From Astronomy Magazine
HD 131399Ab is relatively young and farther from its parent star than any confirmed planet in our solar system.
There are plenty of weird planets in the Milky Way, but HD 131399Ab may be one of the weirdest.
Discovered in a survey of 100 young stars, the 16 million-year-old planet still glows hot enough for astronomers to image it directly. Somehow in those short few million years, it migrated out 80 astronomical units (AU; one AU is the average Earth-Sun distance) from its parent star.
But also accompanying the parent star, which is a little bit bigger than the Sun, are two companion stars in orbit around each other at a distance of 300 to 400 AU.
“In this case, this planet is much closer to the other stars in the system than any known exoplanets in a multi-star system,” says Kevin Robert Wagner, a graduate student at the University of Arizona and lead author of the discovery paper, published today in Science.
What to look for in the night sky this week–if it ever stops raining.
Juno successfully enters orbit around Jupiter
Hubble gets five more years to dazzle us
Hubble captures vivid aurorae in Jupiter’s atmosphere
NASA’s Kepler mission has verified 1,284 new planets – the single largest finding of planets to date. READ ORIGINAL DOCUMENT
“This announcement more than doubles the number of confirmed planets from Kepler,” said Ellen Stofan, chief scientist at NASA Headquarters in Washington. “This gives us hope that somewhere out there, around a star much like ours, we can eventually discover another Earth.” ……
…Thanks to Kepler and the research community, we now know there could be more planets than stars,” said Paul Hertz, Astrophysics Division director at NASA Headquarters. “…
…In the newly-validated batch of planets, nearly 550 could be rocky planets like Earth, based on their size. Nine of these orbit in their sun’s habitable zone, which is the distance from a star where orbiting planets can have surface temperatures that allow liquid water to pool. With the addition of these nine, 21 exoplanets now are known to be members of this exclusive group. …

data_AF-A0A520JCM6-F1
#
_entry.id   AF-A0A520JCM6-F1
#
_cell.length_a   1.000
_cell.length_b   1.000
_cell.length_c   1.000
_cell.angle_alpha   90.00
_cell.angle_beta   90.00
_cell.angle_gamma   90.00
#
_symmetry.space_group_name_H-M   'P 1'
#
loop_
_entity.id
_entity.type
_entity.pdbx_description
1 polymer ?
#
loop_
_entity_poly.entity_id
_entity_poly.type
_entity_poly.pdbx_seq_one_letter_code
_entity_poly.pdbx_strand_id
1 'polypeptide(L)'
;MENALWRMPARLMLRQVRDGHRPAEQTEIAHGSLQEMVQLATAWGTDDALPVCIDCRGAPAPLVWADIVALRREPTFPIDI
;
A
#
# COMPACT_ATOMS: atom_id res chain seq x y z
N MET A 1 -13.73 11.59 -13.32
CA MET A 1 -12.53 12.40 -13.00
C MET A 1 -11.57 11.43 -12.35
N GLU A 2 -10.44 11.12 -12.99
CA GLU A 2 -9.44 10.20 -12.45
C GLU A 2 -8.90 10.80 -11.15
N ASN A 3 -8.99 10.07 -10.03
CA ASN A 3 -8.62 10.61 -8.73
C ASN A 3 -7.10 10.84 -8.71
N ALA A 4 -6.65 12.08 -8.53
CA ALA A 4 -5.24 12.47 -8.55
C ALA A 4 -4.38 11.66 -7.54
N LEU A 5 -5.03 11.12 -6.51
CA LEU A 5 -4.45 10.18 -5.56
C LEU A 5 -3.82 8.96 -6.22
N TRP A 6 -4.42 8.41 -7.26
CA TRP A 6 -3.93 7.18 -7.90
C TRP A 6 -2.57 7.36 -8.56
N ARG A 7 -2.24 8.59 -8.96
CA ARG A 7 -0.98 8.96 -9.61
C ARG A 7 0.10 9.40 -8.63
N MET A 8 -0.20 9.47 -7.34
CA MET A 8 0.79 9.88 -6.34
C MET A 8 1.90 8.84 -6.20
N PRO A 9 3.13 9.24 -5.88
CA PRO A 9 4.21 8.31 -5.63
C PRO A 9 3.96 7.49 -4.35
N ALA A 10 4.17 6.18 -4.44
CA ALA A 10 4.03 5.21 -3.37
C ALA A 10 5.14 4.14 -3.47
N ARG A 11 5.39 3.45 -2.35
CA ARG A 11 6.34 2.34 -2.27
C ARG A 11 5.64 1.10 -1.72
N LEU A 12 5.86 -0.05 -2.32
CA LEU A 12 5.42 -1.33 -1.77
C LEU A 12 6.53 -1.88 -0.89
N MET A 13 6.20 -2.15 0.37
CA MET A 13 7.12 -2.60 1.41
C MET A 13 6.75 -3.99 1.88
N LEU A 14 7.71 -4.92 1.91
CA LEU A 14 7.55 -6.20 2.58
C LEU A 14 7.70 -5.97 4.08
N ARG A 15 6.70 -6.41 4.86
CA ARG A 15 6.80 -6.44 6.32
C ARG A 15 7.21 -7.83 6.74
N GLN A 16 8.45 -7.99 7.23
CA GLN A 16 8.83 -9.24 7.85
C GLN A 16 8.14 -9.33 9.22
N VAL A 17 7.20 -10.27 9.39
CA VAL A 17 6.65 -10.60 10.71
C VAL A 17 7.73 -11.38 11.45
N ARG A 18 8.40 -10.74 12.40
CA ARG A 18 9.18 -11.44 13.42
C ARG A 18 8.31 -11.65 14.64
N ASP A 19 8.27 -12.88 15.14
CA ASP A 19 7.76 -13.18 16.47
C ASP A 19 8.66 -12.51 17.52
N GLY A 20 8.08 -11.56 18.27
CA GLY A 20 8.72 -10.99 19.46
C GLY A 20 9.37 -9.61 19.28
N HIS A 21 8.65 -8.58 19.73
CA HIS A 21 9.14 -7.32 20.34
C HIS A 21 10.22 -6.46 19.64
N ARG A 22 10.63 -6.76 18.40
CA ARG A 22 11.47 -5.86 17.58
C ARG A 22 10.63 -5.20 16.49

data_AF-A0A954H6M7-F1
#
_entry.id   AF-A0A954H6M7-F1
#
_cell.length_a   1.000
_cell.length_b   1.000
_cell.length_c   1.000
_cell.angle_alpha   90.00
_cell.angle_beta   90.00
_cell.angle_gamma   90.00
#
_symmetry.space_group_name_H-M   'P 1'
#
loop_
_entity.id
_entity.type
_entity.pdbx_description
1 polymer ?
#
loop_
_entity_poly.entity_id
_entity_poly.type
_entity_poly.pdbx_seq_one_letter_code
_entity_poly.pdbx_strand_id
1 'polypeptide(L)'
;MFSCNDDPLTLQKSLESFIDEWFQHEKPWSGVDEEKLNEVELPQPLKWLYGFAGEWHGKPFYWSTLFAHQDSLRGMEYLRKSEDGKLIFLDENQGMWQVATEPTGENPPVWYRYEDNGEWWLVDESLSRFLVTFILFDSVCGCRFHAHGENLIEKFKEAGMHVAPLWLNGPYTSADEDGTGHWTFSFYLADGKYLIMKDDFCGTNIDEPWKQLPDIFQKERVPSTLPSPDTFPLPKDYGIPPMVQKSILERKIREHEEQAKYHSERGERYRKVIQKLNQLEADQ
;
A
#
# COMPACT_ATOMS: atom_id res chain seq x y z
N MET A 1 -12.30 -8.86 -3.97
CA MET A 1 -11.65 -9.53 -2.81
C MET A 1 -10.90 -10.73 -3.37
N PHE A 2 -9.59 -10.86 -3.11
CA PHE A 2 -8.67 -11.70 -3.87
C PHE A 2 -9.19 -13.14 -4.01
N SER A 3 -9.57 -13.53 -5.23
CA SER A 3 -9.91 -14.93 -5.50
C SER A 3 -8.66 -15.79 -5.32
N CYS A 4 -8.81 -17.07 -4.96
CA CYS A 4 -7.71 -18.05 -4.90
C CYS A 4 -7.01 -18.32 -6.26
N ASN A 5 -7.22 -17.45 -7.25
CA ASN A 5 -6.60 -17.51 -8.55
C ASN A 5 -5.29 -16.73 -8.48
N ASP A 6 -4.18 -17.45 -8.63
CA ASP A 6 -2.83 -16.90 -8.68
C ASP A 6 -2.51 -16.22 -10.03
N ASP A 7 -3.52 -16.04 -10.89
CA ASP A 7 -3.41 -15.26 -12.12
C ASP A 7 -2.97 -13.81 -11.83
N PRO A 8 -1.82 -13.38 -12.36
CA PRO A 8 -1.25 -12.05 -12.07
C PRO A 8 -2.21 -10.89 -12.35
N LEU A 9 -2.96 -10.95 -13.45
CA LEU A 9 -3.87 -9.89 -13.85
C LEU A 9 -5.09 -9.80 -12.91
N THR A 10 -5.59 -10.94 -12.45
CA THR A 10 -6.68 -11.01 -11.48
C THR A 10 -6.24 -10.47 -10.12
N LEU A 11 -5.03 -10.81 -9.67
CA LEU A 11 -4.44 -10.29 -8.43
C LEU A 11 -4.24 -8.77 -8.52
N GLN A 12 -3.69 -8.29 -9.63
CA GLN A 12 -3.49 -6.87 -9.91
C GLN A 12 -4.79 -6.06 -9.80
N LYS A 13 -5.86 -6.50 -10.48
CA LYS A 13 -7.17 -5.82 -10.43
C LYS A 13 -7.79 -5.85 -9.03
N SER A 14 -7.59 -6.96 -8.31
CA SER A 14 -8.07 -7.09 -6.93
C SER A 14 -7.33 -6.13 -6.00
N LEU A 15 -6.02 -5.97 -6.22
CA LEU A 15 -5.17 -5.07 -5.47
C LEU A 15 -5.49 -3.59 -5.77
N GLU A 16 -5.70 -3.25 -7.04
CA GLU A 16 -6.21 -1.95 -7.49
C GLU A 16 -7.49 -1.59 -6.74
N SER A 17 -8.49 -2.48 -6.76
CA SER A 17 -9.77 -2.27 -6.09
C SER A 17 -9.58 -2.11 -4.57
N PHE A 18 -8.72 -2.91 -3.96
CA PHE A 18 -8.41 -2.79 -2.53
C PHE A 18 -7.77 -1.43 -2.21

Continue reading NASA’s Kepler Mission Announces Largest Collection of Planets Ever Discovered
- Huge Sunspot
- Kepler is stabilized
SOLAR MINIMUM, INTERRUPTED: The sun’s headlong plunge into solar minimum has been interrupted by the surprise emergence of a big sunspot. AR2529 doubled in size over the weekend, and the behemoth spot is now being photographed by amateur astronomers around the world. On Saturday, Jean-Pierre Brahic of Uzès, France, took this picture of the swirling maelstrom of magnetic fields at the sunspot’s dark core:
As the inset image of Earth shows, the sunspot’s core is wide enough to swallow our planet–twice. Fortunately we are 93 million miles away. READ MORE http://spaceweather.com/
KEPLER SPACECRAFT IS STABILIZED: You may have heard that the Kepler Spacecraft went into emergency mode. Fortunately, it’s back up, but won’t be asked to do much until scientists figure out what went wrong. It’s in orbit around the sun, so communication back & forth takes time–13 minutes.
Kepler is the spacecraft responsible for finding exoplanets, 1041 confirmed hits so far. More about Kepler and the exoplanets on its home page: http://kepler.nasa.gov/
- Increasing Chance of Solar flares
- Intensifying Cosmic Rays
- Edge of Space Thanks
- The 5 planets in pre-dawn sky
- Hunting for Exoplanets at Proxima Centauri
INCREASING CHANCE OF FLARES: NOAA forecasters have boosted the odds of an M-class flare today to 25%. The probable source would be sunspot AR2488, which has developed an unstable ‘beta-gamma’ magnetic field with pent-up energy for strong explosions. Any M-flares today could produce minor shortwave radio blackouts.
INTENSIFYING COSMIC RAYS: For the past year, neutron monitors around the Arctic Circle have sensed an increasing intensity of cosmic rays. Polar latitudes are a good place to make such measurements, because Earth’s magnetic field funnels and concentrates cosmic radiation there. Turns out, Earth’s poles aren’t the only place cosmic rays are intensifying. Spaceweather.com and the students of Earth to Sky Calculus have been launching helium balloons to the stratosphere to measure radiation, and they find the same trend over California. Read more: http://spaceweather.com/
HEY, THANKS! The cosmic ray research of Earth to Sky Calculus is 100% crowd-funded. The latest flight on Jan. 24th was sponsored by ABC affiliate KOMO TV of Seattle, Washington. KOMO’s donation of $500 paid for all the supplies necessary to get the high-altitude balloon off the ground. To say “thanks”, we flew their logo to the edge of space.
THE GREAT NAKED-EYE PLANET SHOW: The mainstream media is buzzing with news about astronomy: From now until Feb. 20th, anyone who wakes up before sunrise can see Mercury, Venus, Mars, Saturn and Jupiter all at once, no telescope required. These are the five brightest planets, and they are a beautiful sight lined up from east to west in the predawn sky. Click for observing chart.
From Sky and Telescope:
Hunting for Planets Around Proxima Centauri
The Pale Red Dot Initiative has begun its search for exoplanets orbiting the nearest star to Earth besides the Sun. – See more